various performance aspects (i.e., **stator** current, electromagnetic torque, **stator** **flux**, rotor speed and pump output pressure) through Matlab Simulink environment. In the event of eliminating overshoot and ripples in torque, **flux** and speed, the proposed ANFIS –DTC controller exhibits satisfactory results in comparison with the conventional DTC and DTC with fuzzy logic control. The simulation results confirm that the application of ANFIS for DTC enhances the performance of the drive with improved **flux** and torque control capability. The simplified design and the reduced complexity are the additional features achieved through the proposed control method. In terms of pump output also, DTC-ANFIS results smooth pressure compared to traditional DTC and DTC with fuzzy logic control. The simulation results and the comparison study specify that proposed ANFIS **based** DTC control exhibits improved performance. Acknowledgements

Show more
12 Read more

A three-phase 2-level inverter with dc link configuration can have eight possible switching states, which generates output **voltage** of the inverter. Each inverter switching state generates a **voltage** Space Vector (V1 to V6 active vectors, V7 and V8 zero **voltage** vectors) in the Space Vector plane (Figure: space vector diagram). The magnitude of each active vector (V1to V6) is 2/3 Vdc (dc bus **voltage**).

This venture proposes a prescient torque control (PTC) plot for the B4 inverter-sustained enlistment engine (IM) with the dc-connect **voltage** balance concealment. The **voltage** vectors of the B4 inverter under the change of the two dc-connect capacitor voltages are determined for exact expectation and control of the torque and **stator** **flux**. The three-stage streams are compelled to stay adjust by straightforwardly controlling the **stator** **flux**. The **voltage** counterbalanced of the two dc-interface capacitors is displayed and controlled in the prescient perspective. In this venture fuzzy controller is actualized to decrease the swell substance and contortion in the yield wave shapes. The outcomes checked through MATLAB/SIMULINK condition.

Show more
In the recent times, in the industrial areas, the Current Alternative rotating machines are more usable especially double-fed Induction machine (DFIM), because of its many advantages over other types of rotating electrical machines. Its advantages can be summarized as following variable speed, its construction is simple, low cost, dependability, durability, and especially its maintenance is simple and economical. These benefits have made it the target of a lot of research, mainly as far as the realization of robust controls and its operation with or without a speed sensor. Double-Fed Induction machine (DFIM), is the nonlinear machine, fed by two **voltage** source the **stator** and rotor, strongly Torqued (the coupling between the electromagnetic Torque and **flux**), they function as multivariate machines, hence the complexity and difficulty of operation and control. With the evolution and development of new technologies of electronics and computers, the problems inherent in the control and the operation of various applications of variable speed DFIM are solved and simplified; it gives opportunities for speed control with or without mechanical sensors, as well as **flux** control for the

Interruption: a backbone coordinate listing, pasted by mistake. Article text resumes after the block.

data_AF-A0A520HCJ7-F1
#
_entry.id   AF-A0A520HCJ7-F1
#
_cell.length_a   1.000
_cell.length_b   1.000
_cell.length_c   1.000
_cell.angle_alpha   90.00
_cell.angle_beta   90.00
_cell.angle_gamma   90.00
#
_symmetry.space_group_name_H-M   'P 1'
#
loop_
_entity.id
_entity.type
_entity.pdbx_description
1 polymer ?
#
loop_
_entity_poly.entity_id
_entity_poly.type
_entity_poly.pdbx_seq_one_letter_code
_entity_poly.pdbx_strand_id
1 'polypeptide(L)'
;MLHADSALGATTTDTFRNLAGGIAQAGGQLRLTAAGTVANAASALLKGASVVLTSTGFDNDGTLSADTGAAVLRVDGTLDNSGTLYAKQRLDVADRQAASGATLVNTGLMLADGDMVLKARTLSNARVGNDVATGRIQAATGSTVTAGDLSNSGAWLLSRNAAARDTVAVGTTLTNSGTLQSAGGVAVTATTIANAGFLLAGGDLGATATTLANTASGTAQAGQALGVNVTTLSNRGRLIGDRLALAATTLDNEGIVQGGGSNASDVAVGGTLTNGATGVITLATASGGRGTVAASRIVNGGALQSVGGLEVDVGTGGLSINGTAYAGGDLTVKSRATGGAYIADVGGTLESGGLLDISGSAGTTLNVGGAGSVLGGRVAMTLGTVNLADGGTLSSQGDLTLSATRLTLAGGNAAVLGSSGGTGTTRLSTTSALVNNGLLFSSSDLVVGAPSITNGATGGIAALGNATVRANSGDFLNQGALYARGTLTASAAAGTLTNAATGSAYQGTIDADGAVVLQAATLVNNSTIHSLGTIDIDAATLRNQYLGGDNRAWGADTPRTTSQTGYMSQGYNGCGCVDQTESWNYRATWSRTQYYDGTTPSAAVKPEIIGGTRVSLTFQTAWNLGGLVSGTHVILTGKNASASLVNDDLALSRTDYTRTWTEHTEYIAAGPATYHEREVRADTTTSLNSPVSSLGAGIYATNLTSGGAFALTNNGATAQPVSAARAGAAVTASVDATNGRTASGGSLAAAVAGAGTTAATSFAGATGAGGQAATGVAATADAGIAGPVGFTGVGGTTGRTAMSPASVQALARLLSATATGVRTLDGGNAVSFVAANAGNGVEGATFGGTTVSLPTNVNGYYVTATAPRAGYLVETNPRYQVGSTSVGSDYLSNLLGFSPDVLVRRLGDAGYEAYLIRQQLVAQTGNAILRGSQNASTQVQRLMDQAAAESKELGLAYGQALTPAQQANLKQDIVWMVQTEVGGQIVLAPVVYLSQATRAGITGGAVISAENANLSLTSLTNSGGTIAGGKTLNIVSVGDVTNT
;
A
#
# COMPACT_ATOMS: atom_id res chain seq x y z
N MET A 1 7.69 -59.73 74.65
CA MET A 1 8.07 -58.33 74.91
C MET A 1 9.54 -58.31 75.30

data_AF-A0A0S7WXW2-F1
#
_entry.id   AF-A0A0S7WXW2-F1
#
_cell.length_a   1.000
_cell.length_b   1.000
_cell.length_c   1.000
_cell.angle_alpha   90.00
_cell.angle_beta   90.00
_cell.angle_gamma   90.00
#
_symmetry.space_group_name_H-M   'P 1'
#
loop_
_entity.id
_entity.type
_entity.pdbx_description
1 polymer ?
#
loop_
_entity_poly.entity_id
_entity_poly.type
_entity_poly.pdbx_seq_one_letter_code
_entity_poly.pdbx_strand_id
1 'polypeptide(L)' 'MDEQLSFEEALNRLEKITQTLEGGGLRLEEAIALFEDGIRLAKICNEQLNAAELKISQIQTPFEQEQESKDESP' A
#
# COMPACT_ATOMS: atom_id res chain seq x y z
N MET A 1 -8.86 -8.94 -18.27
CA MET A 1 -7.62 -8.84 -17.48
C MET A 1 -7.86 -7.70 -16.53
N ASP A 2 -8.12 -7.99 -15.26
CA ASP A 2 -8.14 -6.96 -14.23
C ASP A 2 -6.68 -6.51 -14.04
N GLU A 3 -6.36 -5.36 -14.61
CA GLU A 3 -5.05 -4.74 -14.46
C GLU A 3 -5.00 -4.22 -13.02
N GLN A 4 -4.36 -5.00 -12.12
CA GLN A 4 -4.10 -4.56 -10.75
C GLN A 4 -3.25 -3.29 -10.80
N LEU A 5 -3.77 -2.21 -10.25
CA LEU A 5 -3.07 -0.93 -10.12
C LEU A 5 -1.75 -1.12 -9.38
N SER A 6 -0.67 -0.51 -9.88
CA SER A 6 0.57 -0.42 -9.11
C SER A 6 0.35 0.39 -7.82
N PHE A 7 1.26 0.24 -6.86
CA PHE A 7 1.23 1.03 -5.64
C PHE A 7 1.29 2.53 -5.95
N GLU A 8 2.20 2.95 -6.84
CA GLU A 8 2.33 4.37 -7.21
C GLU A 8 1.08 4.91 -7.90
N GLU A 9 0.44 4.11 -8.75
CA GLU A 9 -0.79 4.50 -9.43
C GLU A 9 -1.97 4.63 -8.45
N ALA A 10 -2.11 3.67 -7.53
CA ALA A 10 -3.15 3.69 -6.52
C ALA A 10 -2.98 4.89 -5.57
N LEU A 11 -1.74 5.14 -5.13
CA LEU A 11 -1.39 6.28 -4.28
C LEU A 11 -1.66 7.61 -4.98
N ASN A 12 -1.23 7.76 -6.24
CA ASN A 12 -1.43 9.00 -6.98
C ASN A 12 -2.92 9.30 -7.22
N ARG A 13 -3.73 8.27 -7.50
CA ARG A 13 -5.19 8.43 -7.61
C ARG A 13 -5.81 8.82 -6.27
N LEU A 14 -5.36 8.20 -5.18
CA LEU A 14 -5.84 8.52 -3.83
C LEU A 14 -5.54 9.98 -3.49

Show more
11 Read more

This paper presents design and implementation of vector control of induction motor. This method leads to be able to adjust the speed of the motor by control the frequency and amplitude of the **stator** **voltage** of induction motor, the ratio of **stator** **voltage** to frequency should be kept constant, which is called as V/F or vector control of induction motor drive. This paper presents a comparative study of open loop and close loop V/F control induction motor. The V/F control is **based** on advent of **stator** **voltage** derivatives. Simulation is carried out in MATLAB/SIMULINK environment and results are compared for speed control of induction motor.

Show more
After the success achieved with the application of EL CID to turbogenerators, the next logical step was its application to hydrogenerators. This was demonstrated in the factory of a British manufacturer of large machines in the early 1980's. The demonstration, carried out by John Sutton, was very positive, except in the region of core joints, which had been introduced to allow shipment of such very large **stator** units. At that time an "air-cored coil" was used to provide the reference of the main circumferential **flux**. The Reference Coil was held on the **stator** core bore by a magnetic base, with the plane of its turns in line with the longitudinal (or axial shaft) direction. Consequently, leakage **flux** from the core, which is circumferential in direction, linked with the Reference Coil turns. It was suggested, therefore, that the problem, caused by the extra large leakage **flux** at a core joint , could be alleviated by re-siting the Reference Coil close to the joint. This changed, in effect, the PHASE Reference of the EL CID set-up, which will be shown to be undesirable, unless appropriate compensation is made (See Section 8.3.3).